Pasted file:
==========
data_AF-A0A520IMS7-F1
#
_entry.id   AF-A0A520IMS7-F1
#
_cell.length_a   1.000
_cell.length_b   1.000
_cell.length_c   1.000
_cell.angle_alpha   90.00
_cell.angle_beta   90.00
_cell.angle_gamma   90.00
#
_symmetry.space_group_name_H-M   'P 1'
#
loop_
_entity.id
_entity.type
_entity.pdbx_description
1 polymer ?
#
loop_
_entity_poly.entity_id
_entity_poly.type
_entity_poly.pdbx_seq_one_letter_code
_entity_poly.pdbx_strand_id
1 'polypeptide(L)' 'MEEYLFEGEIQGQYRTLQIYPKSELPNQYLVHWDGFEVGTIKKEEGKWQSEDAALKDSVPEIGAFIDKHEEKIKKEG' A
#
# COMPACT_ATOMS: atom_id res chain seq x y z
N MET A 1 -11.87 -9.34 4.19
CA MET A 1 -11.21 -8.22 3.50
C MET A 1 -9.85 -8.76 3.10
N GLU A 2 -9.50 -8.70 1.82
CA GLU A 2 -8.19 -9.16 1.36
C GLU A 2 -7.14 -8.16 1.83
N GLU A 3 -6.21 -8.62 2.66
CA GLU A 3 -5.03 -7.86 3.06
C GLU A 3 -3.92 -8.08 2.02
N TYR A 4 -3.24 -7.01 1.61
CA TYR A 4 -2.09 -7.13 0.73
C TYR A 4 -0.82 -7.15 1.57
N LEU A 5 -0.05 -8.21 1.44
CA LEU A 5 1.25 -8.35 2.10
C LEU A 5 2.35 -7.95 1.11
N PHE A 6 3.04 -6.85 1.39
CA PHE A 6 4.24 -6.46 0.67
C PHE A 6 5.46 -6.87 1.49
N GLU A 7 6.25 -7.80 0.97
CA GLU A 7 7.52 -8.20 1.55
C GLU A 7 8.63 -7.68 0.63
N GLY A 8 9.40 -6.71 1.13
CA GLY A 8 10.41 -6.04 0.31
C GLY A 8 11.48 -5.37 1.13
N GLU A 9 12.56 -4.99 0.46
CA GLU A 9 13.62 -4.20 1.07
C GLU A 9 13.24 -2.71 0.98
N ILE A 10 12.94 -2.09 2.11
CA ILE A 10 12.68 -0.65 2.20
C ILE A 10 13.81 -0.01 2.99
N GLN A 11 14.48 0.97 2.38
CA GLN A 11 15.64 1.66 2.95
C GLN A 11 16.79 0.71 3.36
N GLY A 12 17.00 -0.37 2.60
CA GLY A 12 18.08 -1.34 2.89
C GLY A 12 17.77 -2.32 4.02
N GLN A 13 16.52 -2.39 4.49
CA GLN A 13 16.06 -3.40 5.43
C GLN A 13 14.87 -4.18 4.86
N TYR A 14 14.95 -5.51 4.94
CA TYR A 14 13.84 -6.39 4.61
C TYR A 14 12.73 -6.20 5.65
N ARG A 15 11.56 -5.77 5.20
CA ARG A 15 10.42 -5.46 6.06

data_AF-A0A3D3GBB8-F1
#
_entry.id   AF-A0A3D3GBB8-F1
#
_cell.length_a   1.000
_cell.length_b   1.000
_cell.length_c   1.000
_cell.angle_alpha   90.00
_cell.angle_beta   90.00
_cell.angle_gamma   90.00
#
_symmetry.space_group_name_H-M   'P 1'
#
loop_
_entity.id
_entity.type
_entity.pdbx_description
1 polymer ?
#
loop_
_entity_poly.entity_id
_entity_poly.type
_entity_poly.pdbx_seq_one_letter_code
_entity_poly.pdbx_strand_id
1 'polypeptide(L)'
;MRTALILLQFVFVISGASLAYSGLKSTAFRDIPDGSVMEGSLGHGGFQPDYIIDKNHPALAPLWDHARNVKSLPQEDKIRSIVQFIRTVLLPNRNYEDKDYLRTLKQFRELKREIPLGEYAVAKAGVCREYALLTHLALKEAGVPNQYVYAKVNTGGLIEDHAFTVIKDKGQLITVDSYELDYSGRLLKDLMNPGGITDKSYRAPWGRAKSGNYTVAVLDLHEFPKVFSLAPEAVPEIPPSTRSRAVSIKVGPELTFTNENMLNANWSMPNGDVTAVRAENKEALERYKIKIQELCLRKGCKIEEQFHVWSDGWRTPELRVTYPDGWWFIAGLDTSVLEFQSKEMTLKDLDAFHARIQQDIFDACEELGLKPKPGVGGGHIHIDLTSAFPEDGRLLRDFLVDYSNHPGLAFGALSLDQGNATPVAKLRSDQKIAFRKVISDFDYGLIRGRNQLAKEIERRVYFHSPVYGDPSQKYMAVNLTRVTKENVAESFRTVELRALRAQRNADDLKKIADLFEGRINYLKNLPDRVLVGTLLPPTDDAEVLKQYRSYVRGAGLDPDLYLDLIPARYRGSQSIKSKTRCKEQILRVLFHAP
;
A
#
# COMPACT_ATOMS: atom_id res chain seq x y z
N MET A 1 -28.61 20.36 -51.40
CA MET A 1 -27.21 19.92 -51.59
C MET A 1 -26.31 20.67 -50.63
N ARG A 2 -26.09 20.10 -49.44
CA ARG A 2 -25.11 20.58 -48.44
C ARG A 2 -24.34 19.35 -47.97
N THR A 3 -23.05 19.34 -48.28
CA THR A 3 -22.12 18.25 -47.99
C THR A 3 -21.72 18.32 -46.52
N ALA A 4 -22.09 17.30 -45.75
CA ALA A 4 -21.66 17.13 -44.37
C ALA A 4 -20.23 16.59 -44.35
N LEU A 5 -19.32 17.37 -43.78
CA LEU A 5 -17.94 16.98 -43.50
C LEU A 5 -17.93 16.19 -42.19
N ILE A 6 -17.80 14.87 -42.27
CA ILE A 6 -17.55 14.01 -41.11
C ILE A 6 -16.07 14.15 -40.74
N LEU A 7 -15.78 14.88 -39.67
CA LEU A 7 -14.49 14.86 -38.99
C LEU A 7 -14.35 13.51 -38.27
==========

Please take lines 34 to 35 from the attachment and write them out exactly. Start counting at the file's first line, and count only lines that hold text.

N GLU A 3 -6.21 -8.62 2.66
CA GLU A 3 -5.03 -7.86 3.06